24 July 2012

Will Google Docs' submergence into Google Drive pose a branding problem for Google?

Google Docs users who have not yet opened up Google Drive accounts have been greeted by an ominous sounding message every time they login to their Google Docs account for some time now: "Google Docs will soon be upgraded to Google Drive. Google Drive will be the new home for your files."  A message like that brooks no space for disagreement -- your docs WILL have a new home, whether you like it or not.  There was perhaps no way Google could introduce Google Drive without annoying someone, but it's not hard to understand Google's reasoning here.  Drive, as a universal cloud storage platform, is a place to store everything from documents to media to software.  Google Docs documents are a part of many people's digital lives; it wouldn't make sense for Google Drive to not provide users a convenient way to access their Google docs.  Since it was a given that the two services would be integrated in some way, the next logical step was to simply fold Docs into the more universal storage service, Drive.  Why would you stop at just letting people store documents in Drive when you could allow them to conveniently create and edit them inside the service too? Granted, Google could have allowed Google Docs to coexist as a partner to Google Drive -- that's what change-averse users undoubtedly would have preferred -- but Google's been all about reducing supposed "dead weight" lately.  I'm not surprised that Google is picking the option of combining an old service with a similar new service as opposed to letting Docs linger on while Drive attracts a larger user base.

In truth, I don't think the transition to Google Drive is going to be all that difficult for most existing Google Docs users. You can, after all, simply refrain from storing anything other than Google Docs documents on your Google Drive and continue on as usual -- the experience of working with documents online hasn't really changed.  If you want to take advantage of the new desktop app, syncing, and extra storage possibilities, those options are now open to you.  Theoretically, it might seem like there will only be winners and mildly annoyed neutrals here.  Existing users aren't losing anything because of the switchover while Google has the opportunity to attract many more users who just want a place to store their digital stuff.  Who loses?  

If there is any danger in this move for Google, I think it's going to be related to the branding of Google Drive vs Google Docs.  Google Docs is a perfectly named Web service.  I could mention it to people and say a few words about it and they would quickly understand what it's used for.  Of course Google Docs is for collaborative online document creation and editing!  Google Drive doesn't sound like that kind of service at all, though...it sounds like a place for storage.  If someone told me he wanted to work on a document with me via something I hadn't heard of called Google Drive, my first thought would probably be that we would be exchanging Word files and taking turns editing and reuploading them (something we could do about as easily, if not more so, over email).  It just doesn't bring to mind the thought of editing documents online collaboratively -- it sounds passive versus active.  How existing Docs users perceive their new Google Drive accounts may well change over time, too, especially if they start using their drives to store more than documents.  Will you combine documents for work or school with music or video files on the same Google Drive or will you use different Google Drive accounts for different use cases in the same way that people often have different Gmail addresses for work and personal correspondence?  Alternatively, will you start using a Google Docs competitor, like Zoho, to manage online documents and store other files on Google Drive?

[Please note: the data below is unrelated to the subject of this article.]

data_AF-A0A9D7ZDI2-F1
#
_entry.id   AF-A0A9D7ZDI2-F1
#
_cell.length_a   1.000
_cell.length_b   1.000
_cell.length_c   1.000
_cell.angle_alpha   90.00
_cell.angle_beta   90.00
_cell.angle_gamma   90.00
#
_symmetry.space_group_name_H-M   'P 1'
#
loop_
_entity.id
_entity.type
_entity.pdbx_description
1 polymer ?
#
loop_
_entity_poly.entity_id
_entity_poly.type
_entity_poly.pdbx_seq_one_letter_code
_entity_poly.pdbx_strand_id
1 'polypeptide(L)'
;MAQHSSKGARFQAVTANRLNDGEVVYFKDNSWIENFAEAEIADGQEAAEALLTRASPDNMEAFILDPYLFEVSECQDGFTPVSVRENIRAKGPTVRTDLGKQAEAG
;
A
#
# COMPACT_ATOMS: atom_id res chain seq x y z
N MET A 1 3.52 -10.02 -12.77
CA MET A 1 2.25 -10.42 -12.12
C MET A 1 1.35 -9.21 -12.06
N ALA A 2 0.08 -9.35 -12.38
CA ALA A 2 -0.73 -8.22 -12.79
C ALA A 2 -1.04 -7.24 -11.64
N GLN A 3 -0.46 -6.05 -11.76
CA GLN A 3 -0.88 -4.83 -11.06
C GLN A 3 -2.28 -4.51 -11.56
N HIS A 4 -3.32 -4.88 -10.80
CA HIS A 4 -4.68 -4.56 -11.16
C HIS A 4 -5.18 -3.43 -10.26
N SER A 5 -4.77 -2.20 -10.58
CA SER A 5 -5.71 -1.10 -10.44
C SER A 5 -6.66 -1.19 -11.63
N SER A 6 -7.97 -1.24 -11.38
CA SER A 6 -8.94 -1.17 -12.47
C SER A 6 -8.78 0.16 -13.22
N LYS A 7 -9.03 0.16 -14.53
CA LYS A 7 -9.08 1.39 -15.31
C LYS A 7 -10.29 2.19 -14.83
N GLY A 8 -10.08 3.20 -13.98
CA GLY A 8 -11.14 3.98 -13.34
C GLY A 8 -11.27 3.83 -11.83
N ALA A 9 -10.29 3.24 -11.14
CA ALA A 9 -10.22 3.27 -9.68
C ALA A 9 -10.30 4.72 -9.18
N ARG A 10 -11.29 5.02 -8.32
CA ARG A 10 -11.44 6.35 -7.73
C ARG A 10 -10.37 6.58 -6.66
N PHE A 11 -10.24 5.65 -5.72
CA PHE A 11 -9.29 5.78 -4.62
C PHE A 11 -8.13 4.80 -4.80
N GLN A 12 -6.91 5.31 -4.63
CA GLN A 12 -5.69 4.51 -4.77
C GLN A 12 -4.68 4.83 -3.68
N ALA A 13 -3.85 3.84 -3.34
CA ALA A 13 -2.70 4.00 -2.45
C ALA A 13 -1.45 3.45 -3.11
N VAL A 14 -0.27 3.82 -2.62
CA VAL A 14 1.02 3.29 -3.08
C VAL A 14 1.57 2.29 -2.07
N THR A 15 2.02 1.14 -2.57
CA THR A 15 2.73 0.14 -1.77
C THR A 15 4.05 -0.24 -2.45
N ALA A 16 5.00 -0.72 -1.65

Undoubtedly Google Drive has the potential to appeal to a considerably larger pool of users than Google Docs ever could.  After all, everyone has SOMETHING digital they want to store, but not everyone is interested in storing, editing, and sharing documents online.  However, it wouldn't surprise me if Google Drive's success in the cloud storage wars comes at a cost in the online documents space.  Services that seem more "docs-oriented" can now brand themselves as being "serious" alternatives to lighthearted, consumer-oriented Google Drive.  If people perceive Google Drive as being more like a digital playground and Zoho or another competitor as being more like a digital office, I suspect a lot more lab reports and sales figures will be stored outside the Google ecosystem.  This trend will only be accelerated if Google is perceived as having stopped trying to improve its Docs services -- a real possibility, I think, since I suspect most Google Drive users will not be using the service to create documents and Google will naturally be focused on trying to keep its new core user base happy.